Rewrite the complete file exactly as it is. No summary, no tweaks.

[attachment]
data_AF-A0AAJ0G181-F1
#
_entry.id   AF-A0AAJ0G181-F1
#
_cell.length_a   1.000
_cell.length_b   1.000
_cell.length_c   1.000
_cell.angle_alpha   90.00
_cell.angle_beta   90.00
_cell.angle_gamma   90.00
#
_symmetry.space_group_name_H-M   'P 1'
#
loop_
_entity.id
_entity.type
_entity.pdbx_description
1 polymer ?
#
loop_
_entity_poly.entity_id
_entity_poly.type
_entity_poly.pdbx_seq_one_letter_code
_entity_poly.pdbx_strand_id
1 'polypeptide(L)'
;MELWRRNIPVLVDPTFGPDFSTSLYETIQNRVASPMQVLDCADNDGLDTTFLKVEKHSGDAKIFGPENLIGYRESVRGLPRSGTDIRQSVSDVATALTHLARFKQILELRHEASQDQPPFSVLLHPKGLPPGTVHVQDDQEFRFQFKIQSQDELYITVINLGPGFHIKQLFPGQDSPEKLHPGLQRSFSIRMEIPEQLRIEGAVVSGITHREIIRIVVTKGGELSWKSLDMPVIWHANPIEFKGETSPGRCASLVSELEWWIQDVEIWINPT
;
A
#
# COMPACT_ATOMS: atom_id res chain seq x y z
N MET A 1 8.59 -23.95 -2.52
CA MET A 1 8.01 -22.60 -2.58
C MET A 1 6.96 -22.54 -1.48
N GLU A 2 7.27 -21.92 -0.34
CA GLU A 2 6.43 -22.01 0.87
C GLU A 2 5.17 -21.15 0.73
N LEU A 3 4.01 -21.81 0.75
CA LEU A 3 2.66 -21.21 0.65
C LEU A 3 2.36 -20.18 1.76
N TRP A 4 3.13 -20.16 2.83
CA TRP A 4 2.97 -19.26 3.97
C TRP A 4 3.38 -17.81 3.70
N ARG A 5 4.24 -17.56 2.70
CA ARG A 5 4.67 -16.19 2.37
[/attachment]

data_AF-A0AAJ0G181-F1
#
_entry.id   AF-A0AAJ0G181-F1
#
_cell.length_a   1.000
_cell.length_b   1.000
_cell.length_c   1.000
_cell.angle_alpha   90.00
_cell.angle_beta   90.00
_cell.angle_gamma   90.00
#
_symmetry.space_group_name_H-M   'P 1'
#
loop_
_entity.id
_entity.type
_entity.pdbx_description
1 polymer ?
#
loop_
_entity_poly.entity_id
_entity_poly.type
_entity_poly.pdbx_seq_one_letter_code
_entity_poly.pdbx_strand_id
1 'polypeptide(L)'
;MELWRRNIPVLVDPTFGPDFSTSLYETIQNRVASPMQVLDCADNDGLDTTFLKVEKHSGDAKIFGPENLIGYRESVRGLPRSGTDIRQSVSDVATALTHLARFKQILELRHEASQDQPPFSVLLHPKGLPPGTVHVQDDQEFRFQFKIQSQDELYITVINLGPGFHIKQLFPGQDSPEKLHPGLQRSFSIRMEIPEQLRIEGAVVSGITHREIIRIVVTKGGELSWKSLDMPVIWHANPIEFKGETSPGRCASLVSELEWWIQDVEIWINPT
;
A
#
# COMPACT_ATOMS: atom_id res chain seq x y z
N MET A 1 8.59 -23.95 -2.52
CA MET A 1 8.01 -22.60 -2.58
C MET A 1 6.96 -22.54 -1.48
N GLU A 2 7.27 -21.92 -0.34
CA GLU A 2 6.43 -22.01 0.87
C GLU A 2 5.17 -21.15 0.73
N LEU A 3 4.01 -21.81 0.75
CA LEU A 3 2.66 -21.21 0.65
C LEU A 3 2.36 -20.18 1.76
N TRP A 4 3.13 -20.16 2.83
CA TRP A 4 2.97 -19.26 3.97
C TRP A 4 3.38 -17.81 3.70
N ARG A 5 4.24 -17.56 2.70
CA ARG A 5 4.67 -16.19 2.37